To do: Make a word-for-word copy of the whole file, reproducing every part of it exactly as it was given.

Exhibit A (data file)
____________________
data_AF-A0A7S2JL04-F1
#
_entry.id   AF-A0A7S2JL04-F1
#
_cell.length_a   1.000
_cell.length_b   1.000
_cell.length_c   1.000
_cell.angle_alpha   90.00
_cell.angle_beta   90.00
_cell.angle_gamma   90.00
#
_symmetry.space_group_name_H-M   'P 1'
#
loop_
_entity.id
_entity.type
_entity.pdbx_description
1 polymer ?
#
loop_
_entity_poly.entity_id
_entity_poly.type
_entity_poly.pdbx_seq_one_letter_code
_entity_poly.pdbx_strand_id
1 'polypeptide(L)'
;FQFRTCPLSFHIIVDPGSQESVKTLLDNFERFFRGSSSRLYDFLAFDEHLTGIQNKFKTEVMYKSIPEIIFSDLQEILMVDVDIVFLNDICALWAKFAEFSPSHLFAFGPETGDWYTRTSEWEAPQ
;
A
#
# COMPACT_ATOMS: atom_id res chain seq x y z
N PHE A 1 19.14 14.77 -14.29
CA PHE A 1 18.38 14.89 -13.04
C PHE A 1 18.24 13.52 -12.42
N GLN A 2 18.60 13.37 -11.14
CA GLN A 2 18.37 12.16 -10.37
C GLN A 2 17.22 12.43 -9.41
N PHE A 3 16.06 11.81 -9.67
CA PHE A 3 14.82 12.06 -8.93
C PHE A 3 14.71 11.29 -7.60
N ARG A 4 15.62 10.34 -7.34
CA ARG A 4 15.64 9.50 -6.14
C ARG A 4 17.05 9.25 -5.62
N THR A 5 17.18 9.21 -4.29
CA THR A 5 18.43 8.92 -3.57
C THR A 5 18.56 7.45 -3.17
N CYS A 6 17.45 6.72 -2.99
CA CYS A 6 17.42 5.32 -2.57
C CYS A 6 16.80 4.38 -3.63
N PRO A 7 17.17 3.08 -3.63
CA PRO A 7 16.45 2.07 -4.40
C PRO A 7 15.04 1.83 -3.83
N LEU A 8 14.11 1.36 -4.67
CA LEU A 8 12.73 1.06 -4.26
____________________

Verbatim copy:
data_AF-A0A7S2JL04-F1
#
_entry.id   AF-A0A7S2JL04-F1
#
_cell.length_a   1.000
_cell.length_b   1.000
_cell.length_c   1.000
_cell.angle_alpha   90.00
_cell.angle_beta   90.00
_cell.angle_gamma   90.00
#
_symmetry.space_group_name_H-M   'P 1'
#
loop_
_entity.id
_entity.type
_entity.pdbx_description
1 polymer ?
#
loop_
_entity_poly.entity_id
_entity_poly.type
_entity_poly.pdbx_seq_one_letter_code
_entity_poly.pdbx_strand_id
1 'polypeptide(L)'
;FQFRTCPLSFHIIVDPGSQESVKTLLDNFERFFRGSSSRLYDFLAFDEHLTGIQNKFKTEVMYKSIPEIIFSDLQEILMVDVDIVFLNDICALWAKFAEFSPSHLFAFGPETGDWYTRTSEWEAPQ
;
A
#
# COMPACT_ATOMS: atom_id res chain seq x y z
N PHE A 1 19.14 14.77 -14.29
CA PHE A 1 18.38 14.89 -13.04
C PHE A 1 18.24 13.52 -12.42
N GLN A 2 18.60 13.37 -11.14
CA GLN A 2 18.37 12.16 -10.37
C GLN A 2 17.22 12.43 -9.41
N PHE A 3 16.06 11.81 -9.67
CA PHE A 3 14.82 12.06 -8.93
C PHE A 3 14.71 11.29 -7.60
N ARG A 4 15.62 10.34 -7.34
CA ARG A 4 15.64 9.50 -6.14
C ARG A 4 17.05 9.25 -5.62
N THR A 5 17.18 9.21 -4.29
CA THR A 5 18.43 8.92 -3.57
C THR A 5 18.56 7.45 -3.17
N CYS A 6 17.45 6.72 -2.99
CA CYS A 6 17.42 5.32 -2.57
C CYS A 6 16.80 4.38 -3.63
N PRO A 7 17.17 3.08 -3.63
CA PRO A 7 16.45 2.07 -4.40
C PRO A 7 15.04 1.83 -3.83
N LEU A 8 14.11 1.36 -4.67
CA LEU A 8 12.73 1.06 -4.26